Boris Johnson and his merry No-Deal Brexiteers are campaigning for Britain to sail away from the EU and, once outside, seek a relationship with the EU similar to that which Canada struck recently. Prime Minister Theresa May is sticking to her chequers strategy of pushing the EU to accept a relationship that simulates membership but leaves the UK degrees of freedom that the European authorities are adamant not to grant. The Labour Party is proposing that the UK remain within a customs union with the EU but not within the single market. Another proposal, would have the UK leave the EU but remain in both a customs union and the single market for a five-year period that can be renewed by mutual consent. Finally, there is of course the aspiration to remain fully within the EU.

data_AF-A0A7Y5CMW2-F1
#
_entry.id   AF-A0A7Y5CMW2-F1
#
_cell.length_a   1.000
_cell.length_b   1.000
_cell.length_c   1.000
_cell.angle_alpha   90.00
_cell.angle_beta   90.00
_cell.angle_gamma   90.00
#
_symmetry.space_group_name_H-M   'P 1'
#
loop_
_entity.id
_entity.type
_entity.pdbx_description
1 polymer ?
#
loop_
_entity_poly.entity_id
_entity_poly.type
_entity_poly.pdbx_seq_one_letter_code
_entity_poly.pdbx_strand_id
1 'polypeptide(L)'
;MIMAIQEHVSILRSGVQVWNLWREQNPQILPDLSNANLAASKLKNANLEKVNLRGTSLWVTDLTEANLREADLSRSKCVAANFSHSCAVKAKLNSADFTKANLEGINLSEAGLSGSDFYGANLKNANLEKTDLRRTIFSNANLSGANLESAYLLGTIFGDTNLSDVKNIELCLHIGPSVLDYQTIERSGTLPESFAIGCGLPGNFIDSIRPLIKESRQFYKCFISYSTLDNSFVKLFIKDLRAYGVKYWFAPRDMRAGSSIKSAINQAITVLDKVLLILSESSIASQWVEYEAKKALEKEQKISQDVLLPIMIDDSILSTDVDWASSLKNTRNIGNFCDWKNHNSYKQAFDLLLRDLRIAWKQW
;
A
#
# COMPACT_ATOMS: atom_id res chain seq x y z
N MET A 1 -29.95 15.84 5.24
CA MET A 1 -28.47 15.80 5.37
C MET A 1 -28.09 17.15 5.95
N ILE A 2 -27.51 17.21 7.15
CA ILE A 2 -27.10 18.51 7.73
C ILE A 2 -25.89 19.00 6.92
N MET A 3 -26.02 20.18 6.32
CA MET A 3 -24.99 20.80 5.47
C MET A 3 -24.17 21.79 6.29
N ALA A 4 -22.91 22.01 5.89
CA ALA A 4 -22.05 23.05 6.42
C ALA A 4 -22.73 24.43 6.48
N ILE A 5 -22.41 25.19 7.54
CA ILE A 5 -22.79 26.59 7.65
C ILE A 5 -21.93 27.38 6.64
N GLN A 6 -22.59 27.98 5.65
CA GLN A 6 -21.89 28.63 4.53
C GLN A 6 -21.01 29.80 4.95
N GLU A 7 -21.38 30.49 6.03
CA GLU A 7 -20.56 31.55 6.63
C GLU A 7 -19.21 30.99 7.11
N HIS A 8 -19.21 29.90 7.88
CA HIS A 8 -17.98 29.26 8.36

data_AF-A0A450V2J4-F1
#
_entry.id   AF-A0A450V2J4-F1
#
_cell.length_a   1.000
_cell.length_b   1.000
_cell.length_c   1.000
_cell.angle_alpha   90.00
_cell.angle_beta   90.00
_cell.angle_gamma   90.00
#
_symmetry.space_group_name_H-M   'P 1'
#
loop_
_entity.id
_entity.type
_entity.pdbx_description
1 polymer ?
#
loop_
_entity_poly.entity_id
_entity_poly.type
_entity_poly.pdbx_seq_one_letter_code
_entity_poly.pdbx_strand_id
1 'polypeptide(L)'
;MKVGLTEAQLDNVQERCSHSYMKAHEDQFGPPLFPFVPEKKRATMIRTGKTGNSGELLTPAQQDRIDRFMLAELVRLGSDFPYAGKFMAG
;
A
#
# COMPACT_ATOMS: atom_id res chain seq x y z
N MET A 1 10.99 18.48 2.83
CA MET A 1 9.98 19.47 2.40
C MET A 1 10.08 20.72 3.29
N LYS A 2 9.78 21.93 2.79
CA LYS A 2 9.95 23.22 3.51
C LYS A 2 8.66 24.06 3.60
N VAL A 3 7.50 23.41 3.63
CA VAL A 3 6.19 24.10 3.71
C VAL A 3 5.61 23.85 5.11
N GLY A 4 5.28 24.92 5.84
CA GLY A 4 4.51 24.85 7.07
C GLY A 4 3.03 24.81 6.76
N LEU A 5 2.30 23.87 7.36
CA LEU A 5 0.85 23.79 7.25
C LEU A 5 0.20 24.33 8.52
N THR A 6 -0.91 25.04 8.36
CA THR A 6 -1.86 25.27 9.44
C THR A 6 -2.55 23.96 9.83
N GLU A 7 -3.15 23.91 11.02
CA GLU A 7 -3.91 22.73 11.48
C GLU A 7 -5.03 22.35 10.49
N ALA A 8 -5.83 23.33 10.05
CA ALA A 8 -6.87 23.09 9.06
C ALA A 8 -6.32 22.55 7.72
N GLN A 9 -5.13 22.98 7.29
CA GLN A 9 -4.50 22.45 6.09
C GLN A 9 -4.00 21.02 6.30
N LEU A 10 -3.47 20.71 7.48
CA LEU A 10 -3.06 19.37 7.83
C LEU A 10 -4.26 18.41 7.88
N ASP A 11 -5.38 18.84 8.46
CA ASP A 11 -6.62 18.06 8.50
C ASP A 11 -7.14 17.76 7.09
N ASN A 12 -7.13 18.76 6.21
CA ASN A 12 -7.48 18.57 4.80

Any democratic reappraisal of the decision to leave the EU must involve these options, among others. It must also expose the contradictions of the leading proposals. For example, a people’s vote must be informed about the implications of the “Irish backstop" that May has already agreed with the EU on (guaranteeing there will be no border between Northern Ireland and the Republic of Ireland). In particular, Canada-style solutions are inconsistent with both a successful divorce settlement and keeping Northern Ireland in a customs union with the rest of the UK.
Alas, referenda are not designed to sift through five distinct alternatives and to separate the logical repercussions of each from wishful thinking. Even if a preferential voting mechanism were to be employed, with voters ranking their preferences from one to five on the ballot paper, the process of successive elimination of the less-preferred options would be mechanical on the day of the referendum, ruling out any debate between rounds of elimination.